Israeli leader demands 'red line' to stop Iran nuclear program

Israeli Prime Minister Benjamin Netanyahu draws a red line on a bomb illustration Thursday at the U.N. to indicate where Iran’s progress toward a nuclear weapon must be stopped.

Associated Press

Israeli Prime Minister Benjamin Netanyahu draws a red line on a bomb illustration Thursday at the U.N. to indicate where Iran’s progress toward a nuclear weapon must be stopped.

UNITED NATIONS — Israeli Prime Minister Benjamin Netanyahu warned the United Nations that Iran's progress toward a nuclear bomb will be irreversible by next spring or summer, a more specific time frame than he has publicly argued before, and demanded that world powers draw a "red line" to trigger military action if Tehran refuses to stop before then.

Holding up a drawing of a bomb with a burning fuse, Netanyahu told the General Assembly that at its current rate, he thinks Iran will have produced enough sufficiently enriched uranium by mid 2013 that it could turn its attention to building an actual weapon within "a few months, possibly a few weeks."

He did not threaten to attack Iran, and said he was still working with the Obama administration to find a way to curb Iran's nuclear development without war. He emphasized Israel's close ties to the United States in what appeared to be an attempt to ease public concern of a rift between the two allies over the immediacy of the nuclear threat.

In his 30-minute address, Netanyahu drew a bright red line through the cartoon bomb to make his point that unless the world stops Iran, it will become an existential threat to Israel and a terrorist threat to the entire world.

"The relevant question is not when Iran will get the bomb," he said. "It is at what stage we can stop Iran from getting the bomb."

Netanyahu's warning came as the six world powers that have tried to negotiate limits on Iran's nuclear program conferred on the sidelines of UN meeting. Three high-level meetings of those nations — the United States, Britain, France, China, Russia and Germany — and Iranian negotiators this year failed to produce a breakthrough, but U.S. officials said progress was possible.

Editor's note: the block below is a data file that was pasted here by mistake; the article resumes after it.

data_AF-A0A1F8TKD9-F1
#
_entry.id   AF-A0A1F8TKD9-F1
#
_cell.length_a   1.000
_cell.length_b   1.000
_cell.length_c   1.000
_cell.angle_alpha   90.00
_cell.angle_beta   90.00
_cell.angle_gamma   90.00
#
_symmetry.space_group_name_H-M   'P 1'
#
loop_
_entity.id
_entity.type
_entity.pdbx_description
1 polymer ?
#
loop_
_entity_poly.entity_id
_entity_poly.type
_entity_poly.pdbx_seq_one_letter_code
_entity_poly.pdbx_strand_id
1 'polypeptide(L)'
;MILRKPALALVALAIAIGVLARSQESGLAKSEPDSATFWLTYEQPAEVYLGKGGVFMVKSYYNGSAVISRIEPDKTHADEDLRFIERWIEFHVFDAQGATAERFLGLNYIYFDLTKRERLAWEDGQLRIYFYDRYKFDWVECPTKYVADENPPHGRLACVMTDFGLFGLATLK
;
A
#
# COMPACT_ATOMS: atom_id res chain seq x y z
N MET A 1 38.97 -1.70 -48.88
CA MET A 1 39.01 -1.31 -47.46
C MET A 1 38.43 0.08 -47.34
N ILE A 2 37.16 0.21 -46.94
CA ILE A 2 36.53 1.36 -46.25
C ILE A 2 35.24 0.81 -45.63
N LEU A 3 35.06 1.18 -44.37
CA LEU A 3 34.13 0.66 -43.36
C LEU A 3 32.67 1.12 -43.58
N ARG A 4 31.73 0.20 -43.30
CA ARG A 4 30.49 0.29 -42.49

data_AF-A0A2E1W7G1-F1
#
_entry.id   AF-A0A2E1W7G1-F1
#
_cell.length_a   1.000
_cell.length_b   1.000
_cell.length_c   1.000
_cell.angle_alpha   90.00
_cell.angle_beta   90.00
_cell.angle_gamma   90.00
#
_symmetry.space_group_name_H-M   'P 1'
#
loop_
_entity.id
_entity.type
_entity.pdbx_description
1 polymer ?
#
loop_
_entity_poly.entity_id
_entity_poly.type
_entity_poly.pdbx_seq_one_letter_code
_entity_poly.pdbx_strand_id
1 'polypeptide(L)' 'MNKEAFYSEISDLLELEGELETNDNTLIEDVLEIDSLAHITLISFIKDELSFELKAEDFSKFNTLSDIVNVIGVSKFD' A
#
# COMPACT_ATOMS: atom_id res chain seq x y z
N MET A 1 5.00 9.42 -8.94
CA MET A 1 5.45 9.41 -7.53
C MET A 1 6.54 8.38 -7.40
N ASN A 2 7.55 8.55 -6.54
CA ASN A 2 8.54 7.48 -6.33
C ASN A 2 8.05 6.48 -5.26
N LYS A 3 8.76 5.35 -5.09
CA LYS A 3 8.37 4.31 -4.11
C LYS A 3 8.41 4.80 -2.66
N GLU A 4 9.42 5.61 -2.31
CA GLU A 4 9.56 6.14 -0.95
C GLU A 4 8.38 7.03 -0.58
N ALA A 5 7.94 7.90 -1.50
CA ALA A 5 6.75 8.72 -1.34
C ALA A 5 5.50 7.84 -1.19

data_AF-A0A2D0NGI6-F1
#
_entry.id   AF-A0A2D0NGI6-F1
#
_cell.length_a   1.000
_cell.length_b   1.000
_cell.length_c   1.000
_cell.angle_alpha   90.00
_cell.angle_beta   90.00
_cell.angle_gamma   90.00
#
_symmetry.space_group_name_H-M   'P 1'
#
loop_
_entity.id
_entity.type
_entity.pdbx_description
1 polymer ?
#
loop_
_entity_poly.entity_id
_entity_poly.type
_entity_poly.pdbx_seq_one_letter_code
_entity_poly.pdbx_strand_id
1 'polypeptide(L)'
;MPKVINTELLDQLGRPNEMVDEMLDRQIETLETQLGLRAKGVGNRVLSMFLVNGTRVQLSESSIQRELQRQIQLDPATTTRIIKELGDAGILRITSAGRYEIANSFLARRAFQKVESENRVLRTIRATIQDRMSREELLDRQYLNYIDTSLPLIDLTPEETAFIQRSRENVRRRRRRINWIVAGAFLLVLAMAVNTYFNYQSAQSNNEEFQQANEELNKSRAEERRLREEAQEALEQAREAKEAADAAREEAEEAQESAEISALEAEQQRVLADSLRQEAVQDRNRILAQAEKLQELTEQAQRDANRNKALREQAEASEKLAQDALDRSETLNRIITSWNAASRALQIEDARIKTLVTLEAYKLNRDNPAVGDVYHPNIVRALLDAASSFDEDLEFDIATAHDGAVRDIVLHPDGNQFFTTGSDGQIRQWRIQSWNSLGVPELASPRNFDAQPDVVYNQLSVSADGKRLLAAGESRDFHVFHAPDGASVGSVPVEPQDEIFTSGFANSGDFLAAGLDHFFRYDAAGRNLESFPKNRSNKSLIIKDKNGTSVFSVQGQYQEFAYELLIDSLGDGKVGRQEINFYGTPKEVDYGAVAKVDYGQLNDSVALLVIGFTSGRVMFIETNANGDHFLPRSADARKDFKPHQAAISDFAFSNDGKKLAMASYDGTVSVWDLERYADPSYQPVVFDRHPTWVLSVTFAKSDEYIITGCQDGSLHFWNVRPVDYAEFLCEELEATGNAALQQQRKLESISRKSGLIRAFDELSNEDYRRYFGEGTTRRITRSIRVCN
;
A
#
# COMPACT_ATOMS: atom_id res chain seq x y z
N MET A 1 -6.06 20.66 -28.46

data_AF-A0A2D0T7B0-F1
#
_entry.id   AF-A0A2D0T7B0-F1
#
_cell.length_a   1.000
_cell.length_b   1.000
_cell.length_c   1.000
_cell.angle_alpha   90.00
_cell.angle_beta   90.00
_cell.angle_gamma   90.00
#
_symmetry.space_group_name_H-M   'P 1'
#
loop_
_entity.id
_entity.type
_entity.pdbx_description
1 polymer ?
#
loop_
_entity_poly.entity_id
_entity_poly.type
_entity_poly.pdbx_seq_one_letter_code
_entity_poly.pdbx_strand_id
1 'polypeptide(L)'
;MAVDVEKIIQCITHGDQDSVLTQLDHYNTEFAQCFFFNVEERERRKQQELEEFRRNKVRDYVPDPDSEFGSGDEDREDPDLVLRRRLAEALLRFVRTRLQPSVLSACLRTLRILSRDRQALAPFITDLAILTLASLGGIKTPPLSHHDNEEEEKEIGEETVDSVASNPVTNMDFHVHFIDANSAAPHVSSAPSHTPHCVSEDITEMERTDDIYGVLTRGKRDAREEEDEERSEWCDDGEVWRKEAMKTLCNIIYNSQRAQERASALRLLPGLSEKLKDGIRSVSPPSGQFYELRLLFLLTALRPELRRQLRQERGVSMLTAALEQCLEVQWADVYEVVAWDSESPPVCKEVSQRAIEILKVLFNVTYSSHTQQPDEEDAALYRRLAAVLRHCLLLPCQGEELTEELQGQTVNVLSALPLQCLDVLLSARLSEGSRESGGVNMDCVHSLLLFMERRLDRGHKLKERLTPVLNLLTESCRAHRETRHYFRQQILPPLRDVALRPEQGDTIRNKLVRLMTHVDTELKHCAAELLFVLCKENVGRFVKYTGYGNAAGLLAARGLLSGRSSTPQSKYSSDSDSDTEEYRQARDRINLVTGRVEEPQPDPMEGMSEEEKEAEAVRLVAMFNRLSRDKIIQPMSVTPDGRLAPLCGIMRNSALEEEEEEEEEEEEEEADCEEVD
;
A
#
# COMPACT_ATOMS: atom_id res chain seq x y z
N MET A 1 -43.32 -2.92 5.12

Iran insists it is enriching uranium for civilian purposes, such as power generation, as is its right under international agreements, and that it is not seeking to build a nuclear weapon.

Iran's rapid advances in nuclear development, despite a tightening oil embargo and other harsh economic sanctions, have loomed as a top issue during the annual meeting of global leaders.

Netanyahu has pushed the Obama administration for months to declare a "red line," or ultimatum, beyond which Iran cannot go or risk attack.

"I believe that faced with a clear red line, Iran will back down," he said.

When President Barack Obama addressed the General Assembly on Tuesday, he repeated his position that the United States would not allow Iran to build a bomb, but he did not specify how far it could go. He said he hoped diplomacy and punitive economic sanctions would persuade Tehran to abandon its efforts, but warned that time was not "unlimited."

An Israeli government report says existing measures have had an effect in Iran, a less-pessimistic take on the results of U.S.-led sanctions. The internal review by Israel's Foreign Ministry, reported Thursday by the Haaretz newspaper, found that resentment and frustration was building among Iranians who blame their government for rising prices caused by Western sanctions against Iran's oil industry and central bank.

Israeli leader demands 'red line' to stop Iran nuclear program 09/27/12 [Last modified: Thursday, September 27, 2012 11:00pm]

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